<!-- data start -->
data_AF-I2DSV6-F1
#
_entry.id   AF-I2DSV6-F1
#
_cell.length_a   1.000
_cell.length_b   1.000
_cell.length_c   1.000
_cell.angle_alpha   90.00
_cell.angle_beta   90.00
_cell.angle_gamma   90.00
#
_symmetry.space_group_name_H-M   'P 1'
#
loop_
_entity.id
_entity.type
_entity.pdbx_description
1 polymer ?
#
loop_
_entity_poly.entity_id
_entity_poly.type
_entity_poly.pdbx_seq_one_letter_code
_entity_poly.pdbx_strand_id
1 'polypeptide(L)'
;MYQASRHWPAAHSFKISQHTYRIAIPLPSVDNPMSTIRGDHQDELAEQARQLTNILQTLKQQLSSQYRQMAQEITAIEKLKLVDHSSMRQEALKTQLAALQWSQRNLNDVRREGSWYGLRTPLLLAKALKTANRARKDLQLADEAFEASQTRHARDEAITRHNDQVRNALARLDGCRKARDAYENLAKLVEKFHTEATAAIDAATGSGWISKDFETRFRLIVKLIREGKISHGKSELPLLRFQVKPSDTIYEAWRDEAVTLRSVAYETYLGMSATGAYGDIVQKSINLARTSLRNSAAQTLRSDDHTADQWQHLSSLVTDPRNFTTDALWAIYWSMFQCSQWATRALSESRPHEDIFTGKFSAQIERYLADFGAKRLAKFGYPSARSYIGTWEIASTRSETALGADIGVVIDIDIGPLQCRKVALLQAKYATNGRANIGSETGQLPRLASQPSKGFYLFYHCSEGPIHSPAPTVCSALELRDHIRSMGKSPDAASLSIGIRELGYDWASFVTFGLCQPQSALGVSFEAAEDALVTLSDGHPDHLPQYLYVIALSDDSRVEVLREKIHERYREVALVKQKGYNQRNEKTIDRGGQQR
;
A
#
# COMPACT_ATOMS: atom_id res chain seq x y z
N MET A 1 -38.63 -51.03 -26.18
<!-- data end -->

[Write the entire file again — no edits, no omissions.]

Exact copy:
data_AF-I2DSV6-F1
#
_entry.id   AF-I2DSV6-F1
#
_cell.length_a   1.000
_cell.length_b   1.000
_cell.length_c   1.000
_cell.angle_alpha   90.00
_cell.angle_beta   90.00
_cell.angle_gamma   90.00
#
_symmetry.space_group_name_H-M   'P 1'
#
loop_
_entity.id
_entity.type
_entity.pdbx_description
1 polymer ?
#
loop_
_entity_poly.entity_id
_entity_poly.type
_entity_poly.pdbx_seq_one_letter_code
_entity_poly.pdbx_strand_id
1 'polypeptide(L)'
;MYQASRHWPAAHSFKISQHTYRIAIPLPSVDNPMSTIRGDHQDELAEQARQLTNILQTLKQQLSSQYRQMAQEITAIEKLKLVDHSSMRQEALKTQLAALQWSQRNLNDVRREGSWYGLRTPLLLAKALKTANRARKDLQLADEAFEASQTRHARDEAITRHNDQVRNALARLDGCRKARDAYENLAKLVEKFHTEATAAIDAATGSGWISKDFETRFRLIVKLIREGKISHGKSELPLLRFQVKPSDTIYEAWRDEAVTLRSVAYETYLGMSATGAYGDIVQKSINLARTSLRNSAAQTLRSDDHTADQWQHLSSLVTDPRNFTTDALWAIYWSMFQCSQWATRALSESRPHEDIFTGKFSAQIERYLADFGAKRLAKFGYPSARSYIGTWEIASTRSETALGADIGVVIDIDIGPLQCRKVALLQAKYATNGRANIGSETGQLPRLASQPSKGFYLFYHCSEGPIHSPAPTVCSALELRDHIRSMGKSPDAASLSIGIRELGYDWASFVTFGLCQPQSALGVSFEAAEDALVTLSDGHPDHLPQYLYVIALSDDSRVEVLREKIHERYREVALVKQKGYNQRNEKTIDRGGQQR
;
A
#
# COMPACT_ATOMS: atom_id res chain seq x y z
N MET A 1 -38.63 -51.03 -26.18